The amount of nuance involved with making adjustments makes it a continual learning process to execute, though the big-picture ideas behind these adjustments tend to be relatively simple.
Keep in mind that while I’m talking about adjustments as a team-level strategy, you can and should be thinking about similar changes within your own matchup in a given point/game/season.
Adjustments have two main thrusts: Changing strategy completely or Tweaking the strategy you already have.
Changing involves a shift from, for instance, man to zone D, or from one zone set to another.
Usually you do this to take away an opponent’s strength–for example, if you’re finding their downfield cutters relentless against your man, a zone D that forces them to slow down and make more/riskier passes might throw them off their rhythm. Changes are also made to prey on an opponents weakness–if a team’s handlers prove fallable, a zone designed to force lots of handler motion might prove effective.
Tweaking is where the real meat of making adjustments comes;usually when I talk about defensive adjustments this is what I’m talking about. In any D this has two components:
- The Mark
These two are very closely related, such that altering one will impact the other.
Adjusting on the mark means a conscious decision to take something away that you weren’t before–with an accompanying concession of something you were previously contesting.
For instance, if a team is routinely using its IO breaks for quick, effective strikes, you might make an adjustment on the mark to consciously cheat more to the open side (or perhaps commit to not biting as hard on pivots to the break side), or otherwise adjust the mark’s positioning to stop the break from going off. This has the tradeoff of making the around break easier; generally you make this concession hoping that a team that loves the IO will struggle to adjust and use the OI, or at the very least you’ll have a better idea of what to expect now that you’re dictating.
Adjusting downfield, you change up your positioning and what space you’re actively trying to take away–in the previous example, instead of adjusting with the mark, you can also adjust downfield by instructing your defenders–particularly those close to the disc, who are prime candidates to receive the IO–to play more closely to their man (more even with the mark rather than flared out into the lane), and to respect the break side cut a bit more since it’s been established as viable. In this example that’s not necessarily a good adjustment to make, as it makes the open side more vulnerable…however, it may still prove more effective than simply staying the course.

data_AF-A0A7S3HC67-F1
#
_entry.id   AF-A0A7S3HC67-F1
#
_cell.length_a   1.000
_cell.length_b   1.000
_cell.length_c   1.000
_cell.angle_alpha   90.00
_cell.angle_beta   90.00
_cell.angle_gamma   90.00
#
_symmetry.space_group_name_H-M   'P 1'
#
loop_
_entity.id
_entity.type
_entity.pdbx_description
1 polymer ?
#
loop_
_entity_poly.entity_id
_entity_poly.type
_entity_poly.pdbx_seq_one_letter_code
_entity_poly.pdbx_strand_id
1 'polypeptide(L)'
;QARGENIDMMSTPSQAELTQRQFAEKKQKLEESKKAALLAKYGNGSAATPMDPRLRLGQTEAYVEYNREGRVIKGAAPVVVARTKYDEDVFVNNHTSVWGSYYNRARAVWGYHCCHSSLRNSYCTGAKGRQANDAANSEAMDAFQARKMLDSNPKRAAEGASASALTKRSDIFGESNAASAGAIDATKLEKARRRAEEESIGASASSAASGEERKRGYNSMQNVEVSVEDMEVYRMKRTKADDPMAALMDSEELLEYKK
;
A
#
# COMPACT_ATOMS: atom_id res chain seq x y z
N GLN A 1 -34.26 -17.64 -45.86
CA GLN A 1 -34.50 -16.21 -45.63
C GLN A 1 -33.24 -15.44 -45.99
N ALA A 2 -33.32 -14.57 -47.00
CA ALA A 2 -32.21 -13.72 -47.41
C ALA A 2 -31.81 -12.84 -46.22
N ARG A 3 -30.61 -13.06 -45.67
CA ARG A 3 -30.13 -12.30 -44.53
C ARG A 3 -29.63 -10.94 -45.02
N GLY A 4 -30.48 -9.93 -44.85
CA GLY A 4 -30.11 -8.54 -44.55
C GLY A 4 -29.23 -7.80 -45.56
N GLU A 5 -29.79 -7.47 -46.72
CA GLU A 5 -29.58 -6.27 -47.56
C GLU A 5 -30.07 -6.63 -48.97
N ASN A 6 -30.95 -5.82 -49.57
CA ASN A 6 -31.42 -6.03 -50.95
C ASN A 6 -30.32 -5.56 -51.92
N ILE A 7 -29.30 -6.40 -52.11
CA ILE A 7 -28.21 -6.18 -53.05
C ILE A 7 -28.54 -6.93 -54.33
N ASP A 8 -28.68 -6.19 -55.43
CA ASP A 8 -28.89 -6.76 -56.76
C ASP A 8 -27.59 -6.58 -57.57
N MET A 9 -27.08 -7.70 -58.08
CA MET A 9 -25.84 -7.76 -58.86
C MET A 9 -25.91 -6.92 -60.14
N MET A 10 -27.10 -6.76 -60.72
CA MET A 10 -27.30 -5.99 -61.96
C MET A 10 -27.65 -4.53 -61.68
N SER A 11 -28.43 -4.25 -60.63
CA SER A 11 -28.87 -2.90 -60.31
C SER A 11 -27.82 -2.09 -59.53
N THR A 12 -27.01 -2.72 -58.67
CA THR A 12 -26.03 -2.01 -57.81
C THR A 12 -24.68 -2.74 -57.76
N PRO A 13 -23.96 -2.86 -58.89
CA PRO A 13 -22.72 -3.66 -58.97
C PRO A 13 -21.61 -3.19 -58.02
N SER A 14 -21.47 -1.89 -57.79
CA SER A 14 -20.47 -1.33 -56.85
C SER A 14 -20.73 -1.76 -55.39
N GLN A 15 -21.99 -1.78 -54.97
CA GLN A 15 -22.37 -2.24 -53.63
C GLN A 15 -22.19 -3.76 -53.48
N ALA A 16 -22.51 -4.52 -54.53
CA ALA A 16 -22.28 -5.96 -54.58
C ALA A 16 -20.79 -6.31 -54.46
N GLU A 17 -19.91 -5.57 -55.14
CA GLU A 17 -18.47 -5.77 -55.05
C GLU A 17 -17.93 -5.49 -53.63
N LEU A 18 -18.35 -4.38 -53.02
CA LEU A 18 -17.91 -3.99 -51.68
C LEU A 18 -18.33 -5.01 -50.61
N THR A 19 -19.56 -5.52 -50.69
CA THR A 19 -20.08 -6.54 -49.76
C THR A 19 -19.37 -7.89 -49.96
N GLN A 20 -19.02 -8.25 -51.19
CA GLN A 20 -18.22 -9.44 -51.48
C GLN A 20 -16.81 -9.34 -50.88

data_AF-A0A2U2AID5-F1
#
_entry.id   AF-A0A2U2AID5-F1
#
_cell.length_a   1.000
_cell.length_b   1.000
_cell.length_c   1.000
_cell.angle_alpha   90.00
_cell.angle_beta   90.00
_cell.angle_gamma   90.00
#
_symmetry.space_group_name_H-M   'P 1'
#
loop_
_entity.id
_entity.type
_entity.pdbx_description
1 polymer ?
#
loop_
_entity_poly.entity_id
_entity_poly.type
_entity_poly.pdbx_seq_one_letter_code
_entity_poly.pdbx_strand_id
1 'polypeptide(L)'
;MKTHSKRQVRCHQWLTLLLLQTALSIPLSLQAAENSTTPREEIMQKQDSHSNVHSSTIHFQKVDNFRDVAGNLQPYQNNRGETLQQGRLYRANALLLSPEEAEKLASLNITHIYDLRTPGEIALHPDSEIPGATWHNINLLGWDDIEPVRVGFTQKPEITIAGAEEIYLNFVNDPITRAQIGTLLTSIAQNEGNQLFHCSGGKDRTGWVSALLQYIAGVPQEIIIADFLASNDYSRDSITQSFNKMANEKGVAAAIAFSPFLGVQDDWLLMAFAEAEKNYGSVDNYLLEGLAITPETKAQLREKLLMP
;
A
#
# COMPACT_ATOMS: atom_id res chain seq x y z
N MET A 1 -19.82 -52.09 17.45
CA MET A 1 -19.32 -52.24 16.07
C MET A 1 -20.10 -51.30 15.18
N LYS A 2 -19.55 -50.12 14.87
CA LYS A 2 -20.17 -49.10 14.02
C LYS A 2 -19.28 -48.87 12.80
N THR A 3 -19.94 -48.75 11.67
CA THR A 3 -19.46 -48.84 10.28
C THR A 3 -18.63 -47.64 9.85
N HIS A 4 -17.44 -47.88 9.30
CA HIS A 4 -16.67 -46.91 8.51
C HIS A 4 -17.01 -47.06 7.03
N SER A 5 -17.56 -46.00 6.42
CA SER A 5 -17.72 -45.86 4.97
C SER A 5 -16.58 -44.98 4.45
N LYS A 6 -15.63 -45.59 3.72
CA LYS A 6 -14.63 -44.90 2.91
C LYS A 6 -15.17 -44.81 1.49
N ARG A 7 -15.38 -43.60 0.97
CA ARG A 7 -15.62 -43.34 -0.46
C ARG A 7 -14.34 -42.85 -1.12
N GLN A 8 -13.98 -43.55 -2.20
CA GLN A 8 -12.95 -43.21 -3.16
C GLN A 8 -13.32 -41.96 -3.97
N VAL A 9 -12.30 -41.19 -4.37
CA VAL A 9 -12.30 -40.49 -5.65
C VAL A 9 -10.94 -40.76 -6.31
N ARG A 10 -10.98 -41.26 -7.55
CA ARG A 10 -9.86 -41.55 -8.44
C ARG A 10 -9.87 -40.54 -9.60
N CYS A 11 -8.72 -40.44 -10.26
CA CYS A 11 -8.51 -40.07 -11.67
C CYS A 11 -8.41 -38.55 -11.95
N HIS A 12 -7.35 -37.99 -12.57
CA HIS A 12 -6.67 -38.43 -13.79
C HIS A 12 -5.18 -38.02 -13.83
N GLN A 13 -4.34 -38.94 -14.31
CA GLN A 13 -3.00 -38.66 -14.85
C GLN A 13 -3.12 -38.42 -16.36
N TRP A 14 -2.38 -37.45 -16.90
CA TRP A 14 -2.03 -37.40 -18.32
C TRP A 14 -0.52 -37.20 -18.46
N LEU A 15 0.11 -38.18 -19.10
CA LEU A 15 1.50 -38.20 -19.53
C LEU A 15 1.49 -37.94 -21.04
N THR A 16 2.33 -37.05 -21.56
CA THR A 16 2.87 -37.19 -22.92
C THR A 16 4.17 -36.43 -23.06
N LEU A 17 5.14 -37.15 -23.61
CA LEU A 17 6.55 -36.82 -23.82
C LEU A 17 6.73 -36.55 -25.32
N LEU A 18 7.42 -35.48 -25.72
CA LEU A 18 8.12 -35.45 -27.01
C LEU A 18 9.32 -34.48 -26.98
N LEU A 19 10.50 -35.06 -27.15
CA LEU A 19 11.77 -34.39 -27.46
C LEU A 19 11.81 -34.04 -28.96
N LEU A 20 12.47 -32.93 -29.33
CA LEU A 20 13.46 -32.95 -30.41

I’ll be making a few more posts going in more depth on these sorts of adjustments, and try to get at some of the “why” behind it as well, which is the real meat of the strategy. Keep in mind that as defensive adjustments get more complex, you need a correspondingly more capable defensive squad to carry them out effectively. Even minor adjustments like mark positioning require a certain amount of experience; if you’re going to mess around with straight-up transition marks or other fanciness you likely will need to practice and coordinate these adjustments before you get into tournament situations; otherwise you risk a poor defensive set and, worse still, putting your players in a position where they have to think too much in the flow of a game, hindering performance.
My favorites (Ryan Morgan’s assertion that wings are not just a throwaway position for rookies is worth repeating, too); again, they put things a lot more succinctly than I.
I don’t see a ton of revolutionary (compared with my experience) information there, apart from the number of endorsements of the two-handler set; this says to me that zone O really comes down to a good, solid fundamental approach/understanding.
On the skill spectrum, a quick catch-throw turnaround and composure with the disc in your hand are great for any zone handler (and by extension, all players) to have–the former can be worked on pretty much anytime, while the latter would come with more throwing experience/confidence, both under pressure (ratchet it up in practice/drills) and in conditions (find it, and do it).
Knowledge goes hand in hand with skill. Recognizing what kind of zone you’re facing and where the weak points are, along with knowing what your own team’s assets are, likewise will do a lot to prepare for success. Insert Sun Tzu quote about knowing your enemy and yourself.